Taco Bell and Chipotle Want to Shave Time off Food Deliveries

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“When it comes to restaurant delivery, speed matters. And the burrito chains want to be faster.

Taco Bell –– which now offers delivery at roughly two-thirds of its U.S. restaurants through GrubHub Inc. with plans to continue expanding the service –– says its average delivery time is 34 minutes. The company acknowledges that’s not good enough for today’s demanding customer.

Chipotle Mexican Grill Inc., meanwhile, says it’s averaging between 28 and 32 minutes for delivery, but it thinks it can shave four minutes or so as it expands pickup shelves across the nation. It’s also introducing prepaid delivery so drivers don’t have to pay in stores. It’s all part of a digital push that is a key part of the comeback plan laid out under Chief Executive Officer Brian Niccol in his first year on the job.”

“While restaurant delivery has long been part of the culture in major cities like New York and San Francisco, pizza was often the only option in many markets. That has started to change as on-demand delivery services like DoorDash, Postmates and Uber Eats have proliferated, joining GrubHub to expand delivery options.”

Read more here.

Chipotle skips sponsorship of college bowl games, offers free delivery instead

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In honor of college football season, Chipotle Mexican Grill is offering free delivery now through Jan. 7 on any Chipotle order worth $10 or more.

“Given the iconic nature of Chipotle’s Burrito Bowl, many consumers have pointed out that we should sponsor a bowl game,” Chipotle CMO Chris Brandt, said in a company press release. “We listened and decided to do something about it. But, rather than spending millions on a traditional game sponsorship, we decided to give that money back to our fans in the form of free delivery.”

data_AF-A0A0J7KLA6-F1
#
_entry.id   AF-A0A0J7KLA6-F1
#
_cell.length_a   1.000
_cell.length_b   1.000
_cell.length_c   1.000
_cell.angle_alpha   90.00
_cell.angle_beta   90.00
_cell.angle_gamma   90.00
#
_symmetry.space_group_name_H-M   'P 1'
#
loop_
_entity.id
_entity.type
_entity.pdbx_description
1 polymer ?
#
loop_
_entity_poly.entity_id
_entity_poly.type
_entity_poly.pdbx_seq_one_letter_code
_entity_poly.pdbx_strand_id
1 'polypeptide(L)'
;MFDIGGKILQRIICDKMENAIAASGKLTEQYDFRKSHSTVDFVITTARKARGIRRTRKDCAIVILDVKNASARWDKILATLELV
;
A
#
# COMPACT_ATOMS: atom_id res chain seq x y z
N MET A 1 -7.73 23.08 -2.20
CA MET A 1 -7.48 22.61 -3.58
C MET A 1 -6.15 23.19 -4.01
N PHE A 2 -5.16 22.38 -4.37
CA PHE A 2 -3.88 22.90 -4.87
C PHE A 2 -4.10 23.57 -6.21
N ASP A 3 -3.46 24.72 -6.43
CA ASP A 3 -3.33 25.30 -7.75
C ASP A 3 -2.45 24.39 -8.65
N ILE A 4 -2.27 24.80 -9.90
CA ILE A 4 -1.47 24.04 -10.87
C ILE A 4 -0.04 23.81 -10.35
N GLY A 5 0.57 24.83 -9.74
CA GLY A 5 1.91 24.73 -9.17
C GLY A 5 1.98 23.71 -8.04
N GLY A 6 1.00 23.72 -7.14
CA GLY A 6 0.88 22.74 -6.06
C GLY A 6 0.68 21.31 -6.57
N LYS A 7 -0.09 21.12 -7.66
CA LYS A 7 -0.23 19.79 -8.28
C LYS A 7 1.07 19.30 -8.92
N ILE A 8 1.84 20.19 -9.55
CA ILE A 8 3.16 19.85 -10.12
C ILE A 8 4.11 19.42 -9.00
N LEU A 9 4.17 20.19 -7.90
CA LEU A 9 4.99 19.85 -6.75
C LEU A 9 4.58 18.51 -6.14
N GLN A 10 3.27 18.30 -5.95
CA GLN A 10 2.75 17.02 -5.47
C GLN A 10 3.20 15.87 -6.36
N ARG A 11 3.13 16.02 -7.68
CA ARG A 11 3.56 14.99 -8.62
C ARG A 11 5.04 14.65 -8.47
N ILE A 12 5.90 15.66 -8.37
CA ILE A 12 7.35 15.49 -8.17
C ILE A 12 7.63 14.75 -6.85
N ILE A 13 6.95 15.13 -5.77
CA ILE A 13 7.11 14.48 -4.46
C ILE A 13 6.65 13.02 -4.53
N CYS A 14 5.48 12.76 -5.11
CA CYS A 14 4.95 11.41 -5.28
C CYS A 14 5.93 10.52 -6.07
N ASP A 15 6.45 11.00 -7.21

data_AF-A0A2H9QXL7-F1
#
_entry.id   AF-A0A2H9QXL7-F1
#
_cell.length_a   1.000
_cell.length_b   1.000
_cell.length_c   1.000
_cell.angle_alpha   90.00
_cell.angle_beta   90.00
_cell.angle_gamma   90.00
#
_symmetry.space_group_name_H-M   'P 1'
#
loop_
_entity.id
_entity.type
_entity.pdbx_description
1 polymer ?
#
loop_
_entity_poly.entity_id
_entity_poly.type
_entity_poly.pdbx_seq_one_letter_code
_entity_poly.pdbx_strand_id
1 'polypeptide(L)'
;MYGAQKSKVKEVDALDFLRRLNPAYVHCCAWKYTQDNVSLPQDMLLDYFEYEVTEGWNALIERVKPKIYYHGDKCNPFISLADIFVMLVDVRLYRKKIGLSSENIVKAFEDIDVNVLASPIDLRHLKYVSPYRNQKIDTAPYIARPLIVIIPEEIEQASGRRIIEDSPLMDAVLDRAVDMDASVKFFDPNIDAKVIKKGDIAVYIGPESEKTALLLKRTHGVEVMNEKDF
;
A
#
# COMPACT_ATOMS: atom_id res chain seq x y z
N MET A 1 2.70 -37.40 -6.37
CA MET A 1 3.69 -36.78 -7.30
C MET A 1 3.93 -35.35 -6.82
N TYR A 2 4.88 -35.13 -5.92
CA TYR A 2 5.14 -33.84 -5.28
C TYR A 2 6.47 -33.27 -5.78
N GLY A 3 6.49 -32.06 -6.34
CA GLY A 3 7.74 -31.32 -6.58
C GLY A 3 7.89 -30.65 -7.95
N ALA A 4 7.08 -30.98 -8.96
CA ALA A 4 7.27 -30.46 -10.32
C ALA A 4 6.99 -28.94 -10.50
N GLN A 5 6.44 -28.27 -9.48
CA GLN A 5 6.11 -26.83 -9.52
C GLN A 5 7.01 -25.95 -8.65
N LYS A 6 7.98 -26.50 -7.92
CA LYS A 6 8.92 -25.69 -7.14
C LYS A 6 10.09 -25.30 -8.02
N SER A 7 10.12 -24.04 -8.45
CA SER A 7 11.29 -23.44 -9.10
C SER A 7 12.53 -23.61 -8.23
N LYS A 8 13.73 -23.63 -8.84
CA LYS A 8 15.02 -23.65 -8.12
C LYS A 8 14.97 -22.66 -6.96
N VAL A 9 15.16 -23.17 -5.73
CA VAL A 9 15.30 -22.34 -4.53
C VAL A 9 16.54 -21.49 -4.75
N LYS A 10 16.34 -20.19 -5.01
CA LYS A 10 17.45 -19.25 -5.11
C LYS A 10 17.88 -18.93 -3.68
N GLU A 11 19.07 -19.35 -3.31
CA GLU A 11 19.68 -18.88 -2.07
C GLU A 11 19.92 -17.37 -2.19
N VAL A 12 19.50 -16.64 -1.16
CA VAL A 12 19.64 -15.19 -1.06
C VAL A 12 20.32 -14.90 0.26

With the help of expanded delivery partnerships and the ability to offer delivery directly within Chipotle’s mobile app and website, the company has seen steady growth in digital orders. Last quarter, digital sales grew 48 percent, with digital orders accounting for 11.2 percent of sales, according to the release.

Read more here.

Chipotle’s Health Scares Do Little For Competitors

CmM6g2YWEAAbmDC.jpgAfter their third straight quarter of declining sales, things continue to look bleak for the once-great Chipotle. The company posted sales this quarter down 24% from the previous year, and quarterly profits of $26 million (compared to $140 million immediately before the E. Coli outbreaks late last year).

One might think that such a plummet would be good news for competitors, but so far the opposite seems to be the case, with other Mexican fast food and fast-casual chains seeing a decline as well. Taco Bell’s same-store sales fell 1%, due in part to a decrease in foot traffic despite hefty advertising dollars spent selling items like the “Quesalupa.” Qdoba on the other hand tried to specifically target Chipotle customers, but claims such ads and promos ultimately hurt their margins.

To read more, click here.

New Lawsuit Against Chipotle Execs

With sales and stocks still reeling, a small group of Chipotle shareholders have now filed an additional lawsuit against the company’s executives, claiming that they “abused their control of the Company, and dealt themselves excessive compensation worth hundreds of millions of dollars through a corrupt stock incentive plan.”

The suit explicitly names Co-CEOs Steve Ells and Montgomery Moran, and CFO Jack Hartung, among others. It claims that these executives, using insider knowledge about the food safety protocols that would cause Chipotle’s well-reported downfall in 2015, dumped their stocks at an artificially inflated price and raked in millions before the food poisoning scandals began. Supposedly Ells made $78 million by selling 119,057 shares, Moran raked in $107 million, and Hurtung $28 million.